Friday March 2
An 0830 start was planned to time our arrival at Aroih Raya as the tide starts to ebb. Currents are very strong here, up to 3-4 kts so we didn’t want to be fighting them. The Aroih Cut is narrower and the tide runs up to 5-6 kts. We had a beautiful day and motored off around the tip of Wei Island passing the zero kilometre monument marking the western most tip of Indonesia.
Not technically the most western tip of Indonesia. There is a little uninhabited Island further West. But lets not let the truth get in the way of a good Monument.
An Easterly breeze sprang up and we had a great blast South under Main and Screecher for the 20Nm to our anchorage in Alurayean Bay on the Southwest of Palau Deudab. Nice Bay but open to the South so bit of swell rolls in making landing the dinghy a bit wet. A beautiful white sandy beach so we swam ashore and enjoyed a walk. Still lots of plastic rubbish above the tide line. Lots of driftwood had us thinking of a beach BBQ but with the tide and surf coming in we decided it was not the best idea. Besides we had decided to depart at midnight to catch the current and breeze down the coast so it was early to bed.
Moonrise was spectacular.
Saturday March 3.
The breeze was good at midnight once we were up and going after being awakened by PP as we had overslept. The current was supposed to be with us but it was hardly noticeable. The big moon stayed with us all night and lightning flashed in the distance all around us. The good breeze petered out after a couple of hours so the motor went on.
Daylight showed dramatic high peaks shrouded in cloud. We pulled into Chalang as we wouldn’t reach the planned anchorage until after dark had we continued. Carlos off Sea Monkey had generously emailed me a copy of his anchorages and tracks from his trip down here last year. We loaded these into our Ovitalmap App. The Chalang anchorage is a little daunting as normal charts are hopeless here. The reefs extend far across the entrance and with very little bright sun it was hard to pick. Following Carlos’ tracks got us into a nice safe place well sheltered from the NW where most of the bad weather comes from.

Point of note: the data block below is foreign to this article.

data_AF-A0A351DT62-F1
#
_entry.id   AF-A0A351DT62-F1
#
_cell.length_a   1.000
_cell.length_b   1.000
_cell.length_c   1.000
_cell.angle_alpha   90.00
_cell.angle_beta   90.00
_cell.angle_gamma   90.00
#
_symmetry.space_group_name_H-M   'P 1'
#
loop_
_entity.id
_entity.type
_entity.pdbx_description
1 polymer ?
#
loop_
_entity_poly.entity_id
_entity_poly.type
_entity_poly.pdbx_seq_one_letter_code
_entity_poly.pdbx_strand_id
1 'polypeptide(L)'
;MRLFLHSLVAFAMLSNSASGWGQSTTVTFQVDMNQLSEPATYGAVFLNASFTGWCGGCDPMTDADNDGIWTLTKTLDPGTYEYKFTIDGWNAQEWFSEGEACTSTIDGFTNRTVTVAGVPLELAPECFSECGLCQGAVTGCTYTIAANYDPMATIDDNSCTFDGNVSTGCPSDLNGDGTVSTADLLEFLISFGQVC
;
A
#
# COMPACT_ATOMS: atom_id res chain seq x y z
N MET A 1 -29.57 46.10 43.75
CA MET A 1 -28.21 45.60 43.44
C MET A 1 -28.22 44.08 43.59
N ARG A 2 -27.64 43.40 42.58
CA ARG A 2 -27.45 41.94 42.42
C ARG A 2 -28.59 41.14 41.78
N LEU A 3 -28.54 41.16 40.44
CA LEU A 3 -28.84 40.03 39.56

We found further delamination of the Main so spent a few hours doing more repairs.
We used up most of our remaining repair material so that’s it. Long may it hold together! Ivy and Martin had checked out the village and reported that the locals were very friendly so Lea and I went ashore to stretch the legs. (Jalan Jalan). The kids on the beach were very excited to see us and were all over the dinghy. Rod came over to offer them dinghy rides but that scared them off. Evidence of the Tsunami was everywhere. New USA funded bridges, massive erosion, damaged buildings and 3 storey Tsunami Shelters.
The little concrete village houses were all neat and well kept with fruit trees maturing nicely. Cattle wander around without fear of the traffic or people. Everyone slows down and goes around them. The Mosque is the central feature of the village and locals were hammering away and building something inside as we passed. Lea had had her shoulders and arms covered but her exposed knees caused a stir with the village males. The young boys on the beach were scantily dressed but the young girls on their roller blades were covered head to toe with hijab and long dresses. All were delightfully happy and excited to wave and say hello to us.